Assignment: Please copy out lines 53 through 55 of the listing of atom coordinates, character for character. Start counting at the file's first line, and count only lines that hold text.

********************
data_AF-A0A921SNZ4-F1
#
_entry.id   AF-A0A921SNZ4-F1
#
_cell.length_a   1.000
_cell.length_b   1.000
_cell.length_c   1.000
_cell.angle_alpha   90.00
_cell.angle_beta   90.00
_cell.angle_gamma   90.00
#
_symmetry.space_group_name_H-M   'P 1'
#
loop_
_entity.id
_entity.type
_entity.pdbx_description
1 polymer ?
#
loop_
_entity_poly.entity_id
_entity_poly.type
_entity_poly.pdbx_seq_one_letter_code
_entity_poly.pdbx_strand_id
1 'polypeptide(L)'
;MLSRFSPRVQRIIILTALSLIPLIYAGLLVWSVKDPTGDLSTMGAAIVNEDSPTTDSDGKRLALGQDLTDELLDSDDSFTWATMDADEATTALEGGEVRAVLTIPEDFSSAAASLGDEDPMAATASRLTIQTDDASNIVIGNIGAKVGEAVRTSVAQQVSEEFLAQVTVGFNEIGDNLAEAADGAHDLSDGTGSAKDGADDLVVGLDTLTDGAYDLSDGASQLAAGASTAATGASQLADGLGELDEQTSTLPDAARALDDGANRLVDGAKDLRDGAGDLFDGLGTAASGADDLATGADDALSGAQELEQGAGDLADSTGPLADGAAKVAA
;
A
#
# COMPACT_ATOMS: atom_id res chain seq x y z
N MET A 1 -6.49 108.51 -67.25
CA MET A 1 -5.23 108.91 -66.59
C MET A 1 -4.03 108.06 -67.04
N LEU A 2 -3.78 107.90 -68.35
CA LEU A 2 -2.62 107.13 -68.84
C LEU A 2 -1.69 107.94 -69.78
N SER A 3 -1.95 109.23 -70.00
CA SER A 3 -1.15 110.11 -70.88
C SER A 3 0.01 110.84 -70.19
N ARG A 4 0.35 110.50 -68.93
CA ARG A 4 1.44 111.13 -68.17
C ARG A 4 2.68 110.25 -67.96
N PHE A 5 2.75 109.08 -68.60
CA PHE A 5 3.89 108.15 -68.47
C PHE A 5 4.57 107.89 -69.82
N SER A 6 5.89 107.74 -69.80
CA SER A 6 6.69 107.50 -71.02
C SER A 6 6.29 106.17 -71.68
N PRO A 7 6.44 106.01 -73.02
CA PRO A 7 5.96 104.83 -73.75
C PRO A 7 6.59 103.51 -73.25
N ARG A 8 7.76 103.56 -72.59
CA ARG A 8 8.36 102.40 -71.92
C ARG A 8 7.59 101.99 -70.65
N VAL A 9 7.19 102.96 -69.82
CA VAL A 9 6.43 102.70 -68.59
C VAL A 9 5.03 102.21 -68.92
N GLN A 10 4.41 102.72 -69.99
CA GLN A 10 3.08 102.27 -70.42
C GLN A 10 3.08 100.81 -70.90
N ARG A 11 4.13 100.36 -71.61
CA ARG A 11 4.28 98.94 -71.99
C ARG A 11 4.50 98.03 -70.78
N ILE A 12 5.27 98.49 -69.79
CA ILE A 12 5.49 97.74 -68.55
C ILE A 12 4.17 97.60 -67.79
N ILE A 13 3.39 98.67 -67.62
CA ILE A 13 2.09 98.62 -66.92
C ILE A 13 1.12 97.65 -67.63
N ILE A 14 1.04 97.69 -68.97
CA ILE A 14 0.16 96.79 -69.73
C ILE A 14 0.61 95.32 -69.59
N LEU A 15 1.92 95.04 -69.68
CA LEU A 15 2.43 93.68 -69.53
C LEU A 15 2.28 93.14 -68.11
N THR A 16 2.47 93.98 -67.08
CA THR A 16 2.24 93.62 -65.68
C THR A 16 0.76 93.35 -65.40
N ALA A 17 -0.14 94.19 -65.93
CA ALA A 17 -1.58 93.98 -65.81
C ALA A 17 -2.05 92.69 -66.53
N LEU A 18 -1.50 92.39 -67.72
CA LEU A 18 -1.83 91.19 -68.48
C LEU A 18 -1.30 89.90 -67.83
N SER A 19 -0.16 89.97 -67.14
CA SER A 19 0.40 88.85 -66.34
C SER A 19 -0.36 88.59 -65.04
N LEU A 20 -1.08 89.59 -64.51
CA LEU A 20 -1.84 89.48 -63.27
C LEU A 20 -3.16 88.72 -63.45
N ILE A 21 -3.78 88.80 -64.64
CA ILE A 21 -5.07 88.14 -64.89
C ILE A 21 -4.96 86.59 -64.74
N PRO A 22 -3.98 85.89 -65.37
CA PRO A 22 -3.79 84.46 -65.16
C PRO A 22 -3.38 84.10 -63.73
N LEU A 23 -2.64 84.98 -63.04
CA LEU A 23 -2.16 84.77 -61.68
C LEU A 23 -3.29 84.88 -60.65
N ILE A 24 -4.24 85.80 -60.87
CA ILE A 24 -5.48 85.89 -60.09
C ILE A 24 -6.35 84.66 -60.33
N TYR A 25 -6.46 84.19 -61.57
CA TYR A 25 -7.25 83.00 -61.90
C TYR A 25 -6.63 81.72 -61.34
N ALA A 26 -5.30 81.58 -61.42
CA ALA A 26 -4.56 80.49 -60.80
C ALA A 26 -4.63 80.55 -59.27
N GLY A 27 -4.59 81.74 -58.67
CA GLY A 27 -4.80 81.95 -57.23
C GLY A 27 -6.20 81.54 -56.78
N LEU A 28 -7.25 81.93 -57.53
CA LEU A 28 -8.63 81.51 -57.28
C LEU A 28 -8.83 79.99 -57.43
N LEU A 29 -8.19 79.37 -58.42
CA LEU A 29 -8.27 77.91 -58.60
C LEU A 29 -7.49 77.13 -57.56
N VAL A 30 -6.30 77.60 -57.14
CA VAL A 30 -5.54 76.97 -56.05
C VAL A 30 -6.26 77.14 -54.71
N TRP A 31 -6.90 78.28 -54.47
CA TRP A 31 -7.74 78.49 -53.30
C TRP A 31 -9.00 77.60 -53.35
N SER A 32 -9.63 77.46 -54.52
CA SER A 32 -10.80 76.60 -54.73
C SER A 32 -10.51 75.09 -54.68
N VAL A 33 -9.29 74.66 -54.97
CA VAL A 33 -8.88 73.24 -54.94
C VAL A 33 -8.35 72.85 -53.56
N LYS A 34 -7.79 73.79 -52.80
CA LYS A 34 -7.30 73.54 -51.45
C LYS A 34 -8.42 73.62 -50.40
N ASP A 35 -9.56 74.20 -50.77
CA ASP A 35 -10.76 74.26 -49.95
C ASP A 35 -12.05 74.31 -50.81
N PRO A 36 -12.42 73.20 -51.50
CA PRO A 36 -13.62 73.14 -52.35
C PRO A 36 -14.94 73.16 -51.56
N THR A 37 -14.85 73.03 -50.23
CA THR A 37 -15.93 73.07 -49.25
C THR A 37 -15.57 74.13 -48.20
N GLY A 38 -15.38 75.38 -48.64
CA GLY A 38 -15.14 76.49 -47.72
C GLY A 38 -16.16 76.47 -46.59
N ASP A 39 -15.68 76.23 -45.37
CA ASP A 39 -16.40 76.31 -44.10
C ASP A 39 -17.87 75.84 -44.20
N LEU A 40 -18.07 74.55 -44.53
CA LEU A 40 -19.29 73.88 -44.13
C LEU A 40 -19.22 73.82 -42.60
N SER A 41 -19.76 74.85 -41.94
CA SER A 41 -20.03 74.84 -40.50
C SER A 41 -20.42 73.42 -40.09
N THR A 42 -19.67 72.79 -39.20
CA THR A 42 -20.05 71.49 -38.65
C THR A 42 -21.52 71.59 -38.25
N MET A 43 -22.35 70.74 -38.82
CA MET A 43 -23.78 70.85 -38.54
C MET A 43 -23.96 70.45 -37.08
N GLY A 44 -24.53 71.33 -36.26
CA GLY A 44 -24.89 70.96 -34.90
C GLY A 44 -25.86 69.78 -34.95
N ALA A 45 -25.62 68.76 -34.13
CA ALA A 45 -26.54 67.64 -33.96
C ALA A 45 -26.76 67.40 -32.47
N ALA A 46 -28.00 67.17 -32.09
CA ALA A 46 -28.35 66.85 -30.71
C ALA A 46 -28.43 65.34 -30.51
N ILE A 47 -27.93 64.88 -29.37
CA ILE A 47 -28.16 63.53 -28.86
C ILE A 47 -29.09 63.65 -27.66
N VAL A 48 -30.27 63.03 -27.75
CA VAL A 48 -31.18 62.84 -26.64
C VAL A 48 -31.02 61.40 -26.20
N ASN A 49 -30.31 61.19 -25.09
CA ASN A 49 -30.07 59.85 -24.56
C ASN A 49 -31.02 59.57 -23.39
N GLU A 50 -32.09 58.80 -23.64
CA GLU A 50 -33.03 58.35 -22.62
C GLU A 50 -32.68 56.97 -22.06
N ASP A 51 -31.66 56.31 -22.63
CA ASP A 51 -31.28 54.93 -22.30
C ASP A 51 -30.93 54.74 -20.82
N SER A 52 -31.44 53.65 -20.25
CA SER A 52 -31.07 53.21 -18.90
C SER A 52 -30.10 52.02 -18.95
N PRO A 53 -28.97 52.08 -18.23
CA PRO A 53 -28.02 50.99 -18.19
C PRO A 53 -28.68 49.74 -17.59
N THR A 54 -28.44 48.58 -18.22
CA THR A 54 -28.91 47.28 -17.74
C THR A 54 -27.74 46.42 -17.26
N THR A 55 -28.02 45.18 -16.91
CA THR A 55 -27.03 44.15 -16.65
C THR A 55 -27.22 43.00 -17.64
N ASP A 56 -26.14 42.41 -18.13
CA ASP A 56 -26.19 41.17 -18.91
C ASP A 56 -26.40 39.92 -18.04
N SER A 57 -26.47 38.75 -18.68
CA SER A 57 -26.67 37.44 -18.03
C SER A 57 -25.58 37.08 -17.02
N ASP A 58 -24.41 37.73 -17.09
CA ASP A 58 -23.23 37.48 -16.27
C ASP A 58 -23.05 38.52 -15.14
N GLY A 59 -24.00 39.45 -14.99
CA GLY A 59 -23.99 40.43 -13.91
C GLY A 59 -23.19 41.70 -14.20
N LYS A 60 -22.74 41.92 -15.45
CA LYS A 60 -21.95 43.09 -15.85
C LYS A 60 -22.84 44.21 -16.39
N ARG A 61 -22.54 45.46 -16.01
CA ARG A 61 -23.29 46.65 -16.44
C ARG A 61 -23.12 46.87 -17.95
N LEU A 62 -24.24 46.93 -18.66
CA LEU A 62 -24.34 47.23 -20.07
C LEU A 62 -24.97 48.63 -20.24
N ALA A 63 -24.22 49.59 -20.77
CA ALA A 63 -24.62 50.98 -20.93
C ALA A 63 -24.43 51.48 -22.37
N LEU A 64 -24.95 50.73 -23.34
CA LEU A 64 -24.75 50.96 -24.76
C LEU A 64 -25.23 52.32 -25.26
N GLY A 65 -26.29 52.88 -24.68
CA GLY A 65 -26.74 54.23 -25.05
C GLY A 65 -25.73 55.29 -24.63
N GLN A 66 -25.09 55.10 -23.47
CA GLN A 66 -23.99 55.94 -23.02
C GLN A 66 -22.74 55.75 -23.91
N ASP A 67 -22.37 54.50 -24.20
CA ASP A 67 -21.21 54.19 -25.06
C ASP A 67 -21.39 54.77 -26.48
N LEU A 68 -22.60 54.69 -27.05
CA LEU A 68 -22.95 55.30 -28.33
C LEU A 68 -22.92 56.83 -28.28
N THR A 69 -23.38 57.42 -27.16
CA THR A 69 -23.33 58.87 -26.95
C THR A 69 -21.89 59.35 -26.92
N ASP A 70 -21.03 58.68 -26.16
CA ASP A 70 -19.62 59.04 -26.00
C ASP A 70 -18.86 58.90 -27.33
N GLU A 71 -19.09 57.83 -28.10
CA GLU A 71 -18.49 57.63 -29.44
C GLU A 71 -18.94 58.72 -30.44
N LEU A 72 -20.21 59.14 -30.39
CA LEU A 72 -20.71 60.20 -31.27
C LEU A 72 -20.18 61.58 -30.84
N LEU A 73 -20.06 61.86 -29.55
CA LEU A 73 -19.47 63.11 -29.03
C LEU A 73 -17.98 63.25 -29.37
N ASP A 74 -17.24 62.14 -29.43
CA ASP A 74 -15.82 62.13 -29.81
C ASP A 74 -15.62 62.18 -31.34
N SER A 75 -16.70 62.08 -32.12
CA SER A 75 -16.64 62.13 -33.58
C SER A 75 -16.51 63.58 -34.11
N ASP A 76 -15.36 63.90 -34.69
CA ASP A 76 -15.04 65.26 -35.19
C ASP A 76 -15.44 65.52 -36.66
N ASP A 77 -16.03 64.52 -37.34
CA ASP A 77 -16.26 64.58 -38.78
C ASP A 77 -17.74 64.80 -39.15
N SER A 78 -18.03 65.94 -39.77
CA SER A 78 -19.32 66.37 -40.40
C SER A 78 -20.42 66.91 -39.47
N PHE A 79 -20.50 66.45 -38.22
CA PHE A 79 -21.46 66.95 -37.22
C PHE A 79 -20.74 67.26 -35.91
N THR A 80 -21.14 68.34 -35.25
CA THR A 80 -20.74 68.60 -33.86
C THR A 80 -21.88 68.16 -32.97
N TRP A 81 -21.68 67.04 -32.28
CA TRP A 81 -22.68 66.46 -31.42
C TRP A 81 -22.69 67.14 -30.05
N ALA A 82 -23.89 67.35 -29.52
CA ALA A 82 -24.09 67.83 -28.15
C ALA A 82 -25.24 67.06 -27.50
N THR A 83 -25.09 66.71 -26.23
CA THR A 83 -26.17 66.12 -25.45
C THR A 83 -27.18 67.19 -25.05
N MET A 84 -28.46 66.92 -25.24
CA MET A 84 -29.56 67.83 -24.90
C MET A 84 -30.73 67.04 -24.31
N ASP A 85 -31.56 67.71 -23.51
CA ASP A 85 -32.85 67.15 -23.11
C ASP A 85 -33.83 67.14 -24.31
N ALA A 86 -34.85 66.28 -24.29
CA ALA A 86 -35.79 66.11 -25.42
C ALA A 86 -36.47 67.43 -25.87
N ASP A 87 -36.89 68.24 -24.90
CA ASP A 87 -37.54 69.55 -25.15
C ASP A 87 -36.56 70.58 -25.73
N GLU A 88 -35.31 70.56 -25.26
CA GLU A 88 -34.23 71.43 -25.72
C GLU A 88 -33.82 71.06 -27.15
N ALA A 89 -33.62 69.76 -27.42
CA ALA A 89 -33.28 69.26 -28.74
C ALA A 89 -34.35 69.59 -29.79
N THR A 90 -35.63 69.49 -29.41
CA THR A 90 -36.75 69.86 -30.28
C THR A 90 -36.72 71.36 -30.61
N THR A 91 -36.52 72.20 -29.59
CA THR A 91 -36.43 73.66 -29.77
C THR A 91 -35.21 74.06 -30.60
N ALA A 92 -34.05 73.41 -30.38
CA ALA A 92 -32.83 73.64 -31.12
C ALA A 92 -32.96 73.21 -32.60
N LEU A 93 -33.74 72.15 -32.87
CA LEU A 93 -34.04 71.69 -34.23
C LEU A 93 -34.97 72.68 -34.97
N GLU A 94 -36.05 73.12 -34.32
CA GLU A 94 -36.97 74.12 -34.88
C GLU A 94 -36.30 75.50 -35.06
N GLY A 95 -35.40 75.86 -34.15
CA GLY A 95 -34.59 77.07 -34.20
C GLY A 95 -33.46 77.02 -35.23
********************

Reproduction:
CA ARG A 8 8.36 102.40 -71.92
C ARG A 8 7.59 101.99 -70.65
N VAL A 9 7.19 102.96 -69.82